I am a big fan of OXO home products. The brand began as a line of kitchen tools and has since expanded to products for every room in the home. But while its can opener feels nice to hold and the sleek design of its storage containers meet my (admittedly snobby) aesthetic standards, the OXO origin story is the part of the brand I love most. 

Innovation from Love and Empathy

Company founder Sam Farber designed OXO’s first product for his wife, Betsey. While cooking together, her arthritis made using an old-fashioned metal vegetable peeler a major struggle. Through exploration, countless prototypes and tireless testing, they finally paired a wide, thermoplastic, non-slip grip handle with a sharper blade. Their now-iconic design singlehandedly changed the industry standard for more effective, user-friendly kitchen utensils forever.

I have told this story in countless design thinking and prototyping workshops, and the thing I love most about it is always the same: an industrywide innovation was born from love and empathy. Sam and Betsey created a better product experience for everyone by:

  • Empathizing with someone who was experiencing pain from the status quo, and
  • Designing a better experience suited to the specific needs of that person

Beneficial innovation for everyone. Worldwide. Henceforth.

How Open Are We to Embracing Real Change?

As a design researcher, I am always thinking of empathy. But in these recent weeks and months, I have been thinking about empathy on a much larger scale. Namely, the responsibility that people demonstrate for others – or don’t. The empathy people feel for others – or don’t. How good we are at listening to and internalizing experiences and perspectives that are not our own. How open we are to embracing real change and initiating transformation in light of the new things we learn.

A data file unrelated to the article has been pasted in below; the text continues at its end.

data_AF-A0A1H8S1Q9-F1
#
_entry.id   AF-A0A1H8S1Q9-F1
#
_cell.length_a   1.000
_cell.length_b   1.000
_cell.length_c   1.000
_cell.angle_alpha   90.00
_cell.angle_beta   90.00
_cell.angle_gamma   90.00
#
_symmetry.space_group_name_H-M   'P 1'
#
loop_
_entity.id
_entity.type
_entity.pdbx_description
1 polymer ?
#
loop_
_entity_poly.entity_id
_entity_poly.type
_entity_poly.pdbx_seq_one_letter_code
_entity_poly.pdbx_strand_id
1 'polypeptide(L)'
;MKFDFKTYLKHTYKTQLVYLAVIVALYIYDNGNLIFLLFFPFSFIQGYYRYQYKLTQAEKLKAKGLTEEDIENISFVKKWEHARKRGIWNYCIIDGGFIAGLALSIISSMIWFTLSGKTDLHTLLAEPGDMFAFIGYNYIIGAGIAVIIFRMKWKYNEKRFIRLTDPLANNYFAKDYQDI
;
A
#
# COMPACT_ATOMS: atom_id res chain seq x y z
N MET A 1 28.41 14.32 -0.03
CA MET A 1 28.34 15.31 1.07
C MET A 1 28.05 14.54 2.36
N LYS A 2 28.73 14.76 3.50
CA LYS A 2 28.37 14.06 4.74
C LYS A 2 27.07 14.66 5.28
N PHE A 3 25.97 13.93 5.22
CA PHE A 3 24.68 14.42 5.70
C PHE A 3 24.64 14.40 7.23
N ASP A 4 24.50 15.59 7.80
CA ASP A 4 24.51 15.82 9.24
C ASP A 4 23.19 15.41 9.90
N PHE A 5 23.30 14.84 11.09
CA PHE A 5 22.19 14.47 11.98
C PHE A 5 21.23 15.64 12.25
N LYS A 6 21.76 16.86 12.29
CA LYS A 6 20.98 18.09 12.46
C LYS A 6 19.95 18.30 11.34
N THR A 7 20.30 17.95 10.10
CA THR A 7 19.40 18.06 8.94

In all my years consulting for experience design in a huge array of industries, I have come to anticipate six phases throughout the lifecycle of any innovation project. I’m calling them the 6Ds.

  1. Desire to be “truly innovative” as industry leaders
  2. Deference to data-driven analytics over empathy-driven insight
  3. Defensive pushback against new learnings
  4. Derailment when innovation also requires a paradigm or infrastructure shift
  5. Diluted final execution to accommodate compromise, cost limitations or politics
  6. Disappointing adoption because #5

We can unpack some of the many ways my team navigates these project pitfalls in time. But for now, I want to address the SINGLE BEST TOOL we engage from end to end; holding empathy for the user at the core of all we do.

My team makes concerted efforts to lead our work with these kinds of user-driven practices:

  • We practice active listening throughout our research — rather than listening to respond, we listen to understand
  • We ask open-ended questions to clarify or dig deeper when we don’t understand
  • We sit quietly to give users space to think and share further
  • We feign ignorance – if someone brings up something we already know about, regardless of how familiar we are, we invite them to say more so we can understand their perspective
  • We accept what we hear and observe at face value from the participant’s view as truth, working to understand their experience and not to circumvent it with our own
  • Whenever possible, we immerse ourselves in their world to experience firsthand